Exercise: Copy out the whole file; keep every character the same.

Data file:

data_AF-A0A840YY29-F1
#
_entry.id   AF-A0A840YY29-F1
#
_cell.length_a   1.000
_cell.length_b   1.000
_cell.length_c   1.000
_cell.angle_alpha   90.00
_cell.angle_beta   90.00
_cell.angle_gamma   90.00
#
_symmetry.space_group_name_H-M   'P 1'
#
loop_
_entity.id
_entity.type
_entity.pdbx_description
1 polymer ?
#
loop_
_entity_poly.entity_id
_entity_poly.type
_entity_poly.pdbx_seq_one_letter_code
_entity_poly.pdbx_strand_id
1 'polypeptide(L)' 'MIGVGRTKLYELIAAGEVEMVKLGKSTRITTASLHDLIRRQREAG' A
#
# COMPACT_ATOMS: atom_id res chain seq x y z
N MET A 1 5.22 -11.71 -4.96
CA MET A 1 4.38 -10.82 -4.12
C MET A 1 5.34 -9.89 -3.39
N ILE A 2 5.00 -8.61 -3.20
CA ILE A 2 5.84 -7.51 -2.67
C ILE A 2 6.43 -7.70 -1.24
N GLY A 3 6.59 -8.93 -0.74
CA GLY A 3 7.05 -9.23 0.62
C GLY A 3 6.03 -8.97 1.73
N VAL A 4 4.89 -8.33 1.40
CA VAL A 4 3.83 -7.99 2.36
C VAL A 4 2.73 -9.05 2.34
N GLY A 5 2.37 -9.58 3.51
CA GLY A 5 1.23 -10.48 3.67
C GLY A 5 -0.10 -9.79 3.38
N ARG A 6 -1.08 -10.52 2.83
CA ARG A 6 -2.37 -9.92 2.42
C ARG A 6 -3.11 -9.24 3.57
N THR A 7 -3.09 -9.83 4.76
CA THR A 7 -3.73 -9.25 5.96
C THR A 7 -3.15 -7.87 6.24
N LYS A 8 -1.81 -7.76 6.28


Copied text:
data_AF-A0A840YY29-F1
#
_entry.id   AF-A0A840YY29-F1
#
_cell.length_a   1.000
_cell.length_b   1.000
_cell.length_c   1.000
_cell.angle_alpha   90.00
_cell.angle_beta   90.00
_cell.angle_gamma   90.00
#
_symmetry.space_group_name_H-M   'P 1'
#
loop_
_entity.id
_entity.type
_entity.pdbx_description
1 polymer ?
#
loop_
_entity_poly.entity_id
_entity_poly.type
_entity_poly.pdbx_seq_one_letter_code
_entity_poly.pdbx_strand_id
1 'polypeptide(L)' 'MIGVGRTKLYELIAAGEVEMVKLGKSTRITTASLHDLIRRQREAG' A
#
# COMPACT_ATOMS: atom_id res chain seq x y z
N MET A 1 5.22 -11.71 -4.96
CA MET A 1 4.38 -10.82 -4.12
C MET A 1 5.34 -9.89 -3.39
N ILE A 2 5.00 -8.61 -3.20
CA ILE A 2 5.84 -7.51 -2.67
C ILE A 2 6.43 -7.70 -1.24
N GLY A 3 6.59 -8.93 -0.74
CA GLY A 3 7.05 -9.23 0.62
C GLY A 3 6.03 -8.97 1.73
N VAL A 4 4.89 -8.33 1.40
CA VAL A 4 3.83 -7.99 2.36
C VAL A 4 2.73 -9.05 2.34
N GLY A 5 2.37 -9.58 3.51
CA GLY A 5 1.23 -10.48 3.67
C GLY A 5 -0.10 -9.79 3.38
N ARG A 6 -1.08 -10.52 2.83
CA ARG A 6 -2.37 -9.92 2.42
C ARG A 6 -3.11 -9.24 3.57
N THR A 7 -3.09 -9.83 4.76
CA THR A 7 -3.73 -9.25 5.96
C THR A 7 -3.15 -7.87 6.24
N LYS A 8 -1.81 -7.76 6.28